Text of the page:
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03/25/88 Law Offices of Seymour M. v. Federal Communications

March 25, 1988

LAW OFFICES OF SEYMOUR M. CHASE, P.C., PETITIONER

v.

FEDERAL COMMUNICATIONS COMMISSION AND UNITED STATES OF AMERICA, RESPONDENTS 1988.CDC.117



UNITED STATES COURT OF APPEALS FOR THE DISTRICT OF COLUMBIA CIRCUIT

Petition for Review of an Order of The Federal Communications Commission.

APPELLATE PANEL:

Wald, Ruth B. Ginsburg, and Williams, Circuit Judges. Opinion filed by Circuit Judge Ruth B. Ginsburg. Opinion concurring in the judgment filed by Circuit Judge Williams. Dissenting opinion filed by Circuit Judge Wald.

PER CURIAM DECISION

This petition seeks judicial review of an order of the Federal Communications Commission disqualifying petitioner, an attorney, from continuing to serve as counsel in an ongoing agency proceeding.

Judge RUTH B. GINSBURG and Judge WILLIAMS, each writing separately, join in a judgment dismissing the petition.

Chief Judge WALD dissents from the panel's judgment.

GINSBURG, RUTH B., Circuit Judge:

The law offices of Seymour M. Chase petition for review of an order of the Federal Communications Commission (FCC or Commission) disqualifying Chase from appearing as counsel for one of the applicants in a comparative broadcast licensing proceeding. See In re Owens, 104 F.C.C. 2d 848 (Rev. Bd. 1986), reprinted in Joint Appendix at 2, review denied, 2 F.C.C. Rcd 38 (1987) (Commission Order), reprinted in J.A. at *fn1. I conclude that an order disqualifying an attorney from appearing as counsel in an FCC proceeding is currently unreviewable in court when the petition for judicial review is filed by the attorney rather than his client. This conclusion, I believe, is impelled by the reasoning underlying the Supreme Court's decision in Richardson-Merrell, Inc. v. Koller, 472 U.S. 424, 86 L. Ed. 2d 340, 105 S. Ct. 2757 (1985). I therefore vote to dismiss the petition without reaching the merits of Chase's challenge to the Commission order. I.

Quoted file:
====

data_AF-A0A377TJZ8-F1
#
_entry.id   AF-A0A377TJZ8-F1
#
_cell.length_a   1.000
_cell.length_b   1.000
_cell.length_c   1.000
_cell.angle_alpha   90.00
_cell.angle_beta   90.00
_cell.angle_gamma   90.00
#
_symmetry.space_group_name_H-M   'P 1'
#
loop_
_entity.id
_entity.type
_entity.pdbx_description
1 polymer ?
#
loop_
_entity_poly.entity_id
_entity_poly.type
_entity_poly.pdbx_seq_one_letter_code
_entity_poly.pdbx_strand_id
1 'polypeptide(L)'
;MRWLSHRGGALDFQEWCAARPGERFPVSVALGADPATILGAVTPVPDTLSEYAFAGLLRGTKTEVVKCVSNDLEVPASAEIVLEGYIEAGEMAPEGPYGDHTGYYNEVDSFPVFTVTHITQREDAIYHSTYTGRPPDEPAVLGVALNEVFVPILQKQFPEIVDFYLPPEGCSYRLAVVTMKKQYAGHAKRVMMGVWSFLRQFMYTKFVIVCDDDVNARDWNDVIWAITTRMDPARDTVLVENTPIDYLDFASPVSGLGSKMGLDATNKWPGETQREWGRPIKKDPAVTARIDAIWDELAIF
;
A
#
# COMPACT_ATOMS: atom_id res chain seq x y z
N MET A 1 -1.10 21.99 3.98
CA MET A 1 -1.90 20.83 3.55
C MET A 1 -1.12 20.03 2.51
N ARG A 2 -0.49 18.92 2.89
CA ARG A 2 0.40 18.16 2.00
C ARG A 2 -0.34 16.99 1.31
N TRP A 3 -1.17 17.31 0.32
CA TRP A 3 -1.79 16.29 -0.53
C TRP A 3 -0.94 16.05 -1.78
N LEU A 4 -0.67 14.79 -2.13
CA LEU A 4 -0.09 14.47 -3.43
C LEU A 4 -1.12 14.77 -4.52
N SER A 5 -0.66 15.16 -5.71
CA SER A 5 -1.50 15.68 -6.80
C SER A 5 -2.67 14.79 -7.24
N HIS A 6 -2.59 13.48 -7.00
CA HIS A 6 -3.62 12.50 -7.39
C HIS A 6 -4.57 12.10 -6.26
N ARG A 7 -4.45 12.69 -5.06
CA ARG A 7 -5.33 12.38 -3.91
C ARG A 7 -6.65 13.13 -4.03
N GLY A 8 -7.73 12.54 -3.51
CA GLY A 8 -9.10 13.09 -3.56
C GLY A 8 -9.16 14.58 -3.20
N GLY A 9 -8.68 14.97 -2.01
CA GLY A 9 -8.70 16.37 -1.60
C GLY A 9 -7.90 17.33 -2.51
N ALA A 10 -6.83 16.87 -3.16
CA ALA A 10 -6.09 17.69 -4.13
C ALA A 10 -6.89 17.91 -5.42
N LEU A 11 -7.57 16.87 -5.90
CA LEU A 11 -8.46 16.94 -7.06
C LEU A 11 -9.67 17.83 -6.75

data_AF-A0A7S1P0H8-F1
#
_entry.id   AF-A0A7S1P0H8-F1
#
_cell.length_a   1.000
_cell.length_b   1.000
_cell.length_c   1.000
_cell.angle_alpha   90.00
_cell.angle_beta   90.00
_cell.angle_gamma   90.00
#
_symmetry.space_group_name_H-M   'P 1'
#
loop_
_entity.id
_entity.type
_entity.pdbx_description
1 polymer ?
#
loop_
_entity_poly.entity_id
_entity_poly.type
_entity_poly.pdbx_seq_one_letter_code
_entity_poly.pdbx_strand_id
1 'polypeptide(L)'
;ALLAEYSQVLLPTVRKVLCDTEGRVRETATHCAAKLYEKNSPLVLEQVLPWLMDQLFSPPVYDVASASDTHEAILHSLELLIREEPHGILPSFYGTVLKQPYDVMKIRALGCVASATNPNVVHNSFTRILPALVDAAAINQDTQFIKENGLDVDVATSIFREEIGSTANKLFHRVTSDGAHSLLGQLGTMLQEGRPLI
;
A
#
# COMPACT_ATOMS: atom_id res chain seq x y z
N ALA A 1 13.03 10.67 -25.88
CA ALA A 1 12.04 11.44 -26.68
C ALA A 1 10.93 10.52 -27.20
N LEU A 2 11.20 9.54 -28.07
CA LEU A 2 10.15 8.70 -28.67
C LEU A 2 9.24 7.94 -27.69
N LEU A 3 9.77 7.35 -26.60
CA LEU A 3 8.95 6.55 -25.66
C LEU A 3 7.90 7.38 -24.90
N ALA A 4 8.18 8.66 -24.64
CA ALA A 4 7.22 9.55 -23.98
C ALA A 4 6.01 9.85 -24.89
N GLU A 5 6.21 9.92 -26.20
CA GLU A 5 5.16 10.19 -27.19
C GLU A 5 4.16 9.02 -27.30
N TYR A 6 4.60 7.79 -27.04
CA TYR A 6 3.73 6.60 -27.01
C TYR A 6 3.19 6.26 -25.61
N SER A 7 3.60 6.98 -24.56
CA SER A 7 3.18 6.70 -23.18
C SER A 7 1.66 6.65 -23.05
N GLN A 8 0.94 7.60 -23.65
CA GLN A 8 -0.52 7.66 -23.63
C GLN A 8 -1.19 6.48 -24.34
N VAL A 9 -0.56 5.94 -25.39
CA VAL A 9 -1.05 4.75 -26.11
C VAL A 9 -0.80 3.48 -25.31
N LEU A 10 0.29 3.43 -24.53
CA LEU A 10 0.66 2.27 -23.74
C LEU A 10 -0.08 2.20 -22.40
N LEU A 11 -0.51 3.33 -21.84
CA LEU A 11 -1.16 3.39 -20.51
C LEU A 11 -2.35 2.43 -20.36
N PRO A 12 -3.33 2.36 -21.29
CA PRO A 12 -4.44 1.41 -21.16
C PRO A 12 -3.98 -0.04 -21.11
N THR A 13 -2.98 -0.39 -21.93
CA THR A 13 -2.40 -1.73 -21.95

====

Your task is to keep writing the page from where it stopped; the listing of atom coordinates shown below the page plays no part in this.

In April 1985, Liberty Broadcasting Corporation (Liberty) represented by Chase, a member of the District of Columbia bar, filed an application with the FCC for a new television station in Bakersfield, California. One of the competing applicants in the ensuing comparative broadcast licensing proceeding for the Bakersfield station was Harold L. Mullican. In October 1985, an application filed by Chase on behalf of an individual client for a new television station in Newton, New Jersey was amended to name Newton Television, Inc. as the corporate applicant for the Newton station. The amendment, filed by Chase in his capacity as NTI's corporate counsel, indicated that Dr. Samuel Walters was an 18.67% nonvoting stockholder of NTI. On November 21, 1985, Chase, as counsel to Liberty, learned that Mr. Mullican had amended his application in the Bakersfield proceeding to specify a limited partnership, Mullican, Limited Partnership (Mullican), listing Walters as its 70% limited partner. As of the end of November 1985, then, Chase found himself involved in two application proceedings before the FCC -- in the Newton proceeding he represented a corporation in which Walters was a shareholder, in the Bakersfield proceeding he opposed a limited partnership in which Walters was a partner.